The ultima ratio qualification of the right to secession—as a last resort—would not clarify things very much, for the ultimacy of a measure could always be disputed. It probably only indicates that, in general, the threshold would have to be high. The duration of the oppression needed in order to activate the right would pose additional challenges. In particular, it would be necessary to answer the intricate question as to whether the right to secede would continue to exist, once the oppression had ended.

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    It is clear that secessionist claims are born out of difficult, multi-faceted circumstances. In such circumstances, it seems that various options would be available to address the underlying issues and, in most cases, secession would only be one of these options. Here, a right to secession seems to be a crude device—a black and white instrument applied to an area dominated by shades of grey.

    The right would confirm a bias in favour of one solution, namely secession, in a situation where many options should be available on an equal footing. This argument is clearly not against the legitimacy of action in face of oppression, but the crux is that there must be different means of addressing situations in which secessionist claims arise. To limit the options a priori to secession, even if only as an ultima ratio , seems to be an unbalanced approach that does not take the complexity of such situations into account. It sends out the wrong signals to the parties involved. And it includes a threat: the loss of a part of sovereignty in the event that basic international obligations, such as human rights etc, are not complied with.

    One would expect that there are more subtle ways of ensuring compliance than via a threat to break down territorial integrity—note the similar argument discussed in Reference re Secession of Quebec para. The Constitution would not prescribe the outcome of these negotiations see para. Clearly, this approach is tailored to the case of peaceful relations between the State and the part wanting to secede Peaceful Change. Yet, it is equally clear that, even in case of oppression, it is very difficult to reach a solution without negotiations.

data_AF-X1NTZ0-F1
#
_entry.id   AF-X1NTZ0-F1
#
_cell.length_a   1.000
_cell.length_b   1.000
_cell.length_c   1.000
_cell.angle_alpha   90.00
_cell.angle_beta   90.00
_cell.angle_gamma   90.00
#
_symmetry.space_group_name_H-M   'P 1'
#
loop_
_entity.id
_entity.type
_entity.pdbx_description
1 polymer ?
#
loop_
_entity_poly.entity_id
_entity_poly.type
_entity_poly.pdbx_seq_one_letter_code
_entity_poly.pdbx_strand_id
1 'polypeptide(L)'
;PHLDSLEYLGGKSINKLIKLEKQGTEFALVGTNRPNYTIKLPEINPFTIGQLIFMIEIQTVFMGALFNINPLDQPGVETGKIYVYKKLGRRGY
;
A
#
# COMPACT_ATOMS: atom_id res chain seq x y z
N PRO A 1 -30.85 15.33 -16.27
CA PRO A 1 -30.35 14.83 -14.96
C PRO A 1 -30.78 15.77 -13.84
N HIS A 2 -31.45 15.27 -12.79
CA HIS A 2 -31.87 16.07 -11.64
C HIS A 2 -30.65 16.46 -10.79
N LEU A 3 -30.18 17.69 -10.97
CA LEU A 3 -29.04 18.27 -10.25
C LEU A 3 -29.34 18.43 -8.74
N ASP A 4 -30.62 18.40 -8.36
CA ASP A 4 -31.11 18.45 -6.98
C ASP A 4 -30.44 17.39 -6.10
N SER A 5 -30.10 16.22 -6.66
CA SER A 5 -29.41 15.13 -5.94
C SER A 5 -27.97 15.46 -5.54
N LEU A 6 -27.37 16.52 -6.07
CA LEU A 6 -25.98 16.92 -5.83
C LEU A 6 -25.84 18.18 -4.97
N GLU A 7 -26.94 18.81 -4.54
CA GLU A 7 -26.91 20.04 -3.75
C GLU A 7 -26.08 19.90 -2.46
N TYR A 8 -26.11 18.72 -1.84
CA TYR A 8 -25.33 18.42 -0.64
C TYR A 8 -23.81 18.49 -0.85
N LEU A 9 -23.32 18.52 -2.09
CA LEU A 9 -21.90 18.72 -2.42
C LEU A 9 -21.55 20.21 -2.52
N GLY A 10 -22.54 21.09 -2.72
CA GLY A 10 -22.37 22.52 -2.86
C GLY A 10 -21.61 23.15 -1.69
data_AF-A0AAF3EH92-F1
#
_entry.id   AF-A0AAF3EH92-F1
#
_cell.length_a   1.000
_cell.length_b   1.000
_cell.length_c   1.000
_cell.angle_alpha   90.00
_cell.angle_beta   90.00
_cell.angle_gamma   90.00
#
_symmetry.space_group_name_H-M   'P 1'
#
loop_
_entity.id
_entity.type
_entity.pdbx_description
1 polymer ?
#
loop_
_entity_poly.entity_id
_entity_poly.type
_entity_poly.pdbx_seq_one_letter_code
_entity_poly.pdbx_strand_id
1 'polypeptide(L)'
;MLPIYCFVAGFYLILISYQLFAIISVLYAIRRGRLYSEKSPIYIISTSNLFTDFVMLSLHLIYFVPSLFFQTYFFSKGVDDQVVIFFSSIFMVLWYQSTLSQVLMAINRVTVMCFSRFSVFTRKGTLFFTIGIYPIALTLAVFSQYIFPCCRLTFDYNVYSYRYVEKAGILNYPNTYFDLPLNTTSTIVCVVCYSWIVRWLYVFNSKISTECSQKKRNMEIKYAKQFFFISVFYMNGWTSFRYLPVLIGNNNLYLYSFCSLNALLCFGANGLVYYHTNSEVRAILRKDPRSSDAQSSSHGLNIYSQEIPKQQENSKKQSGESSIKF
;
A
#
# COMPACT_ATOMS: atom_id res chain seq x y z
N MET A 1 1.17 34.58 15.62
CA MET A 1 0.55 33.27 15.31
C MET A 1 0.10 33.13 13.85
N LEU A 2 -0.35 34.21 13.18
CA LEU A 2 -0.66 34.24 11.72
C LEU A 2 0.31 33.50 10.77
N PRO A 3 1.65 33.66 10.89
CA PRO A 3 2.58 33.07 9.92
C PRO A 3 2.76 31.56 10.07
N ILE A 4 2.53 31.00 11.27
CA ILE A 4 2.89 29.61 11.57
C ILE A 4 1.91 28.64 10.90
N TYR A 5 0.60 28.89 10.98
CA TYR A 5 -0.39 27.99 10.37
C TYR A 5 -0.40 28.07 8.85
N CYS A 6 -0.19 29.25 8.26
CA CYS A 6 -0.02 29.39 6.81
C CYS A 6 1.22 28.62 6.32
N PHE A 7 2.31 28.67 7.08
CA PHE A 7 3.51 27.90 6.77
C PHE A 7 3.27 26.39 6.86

Encyclopedia of Public Administration and Public Policy, First Update Supplement

    However, it seems that such an approach fails to properly justify the direction it gives: why is the right to secession conditional while the preservation of territorial integrity is not? An account of only the most prominent cases associated with secession is given below for a more extended review of cases involving secession see Crawford —; Crawford discusses other cases which are relevant for the concept of secession and which are not mentioned here: Senegal, Singapore, Czech Republic, and Slovakia [ Czechoslovakia, Dissolution of ] Tibet , Kashmir , East Punjab, the Karen and Shan States, North Cyprus , Tamil Elam, South Sudan , Somaliland, Bougainville, Kurdistan, Republika Srpska, Chechnya, Anjouan, Gaugauzia, Nagorny-Karabach , and Yemen.

    Only the aspects of each case which are most relevant to the legal approach to secession are stressed here. As an international organization, the United Nations has never accepted and does not accept and I do not believe it will ever accept the principle of secession of a part of its Member State. The formula, which still holds true today, inspires the following grouping of cases relating to secession into pre-decolonization, decolonization, post-decolonization, and non-decolonization cases.

    On the contrary, decolonization gave rise to many secessionist movements. However, these movements did not primarily target the relationship between the administered territory and the administering State, but rather the relationship between the formerly administered territories themselves. They were formed within the newly created States in the wake of decolonization and mainly concerned the relations within or among the latter. These can be described as post-decolonization cases.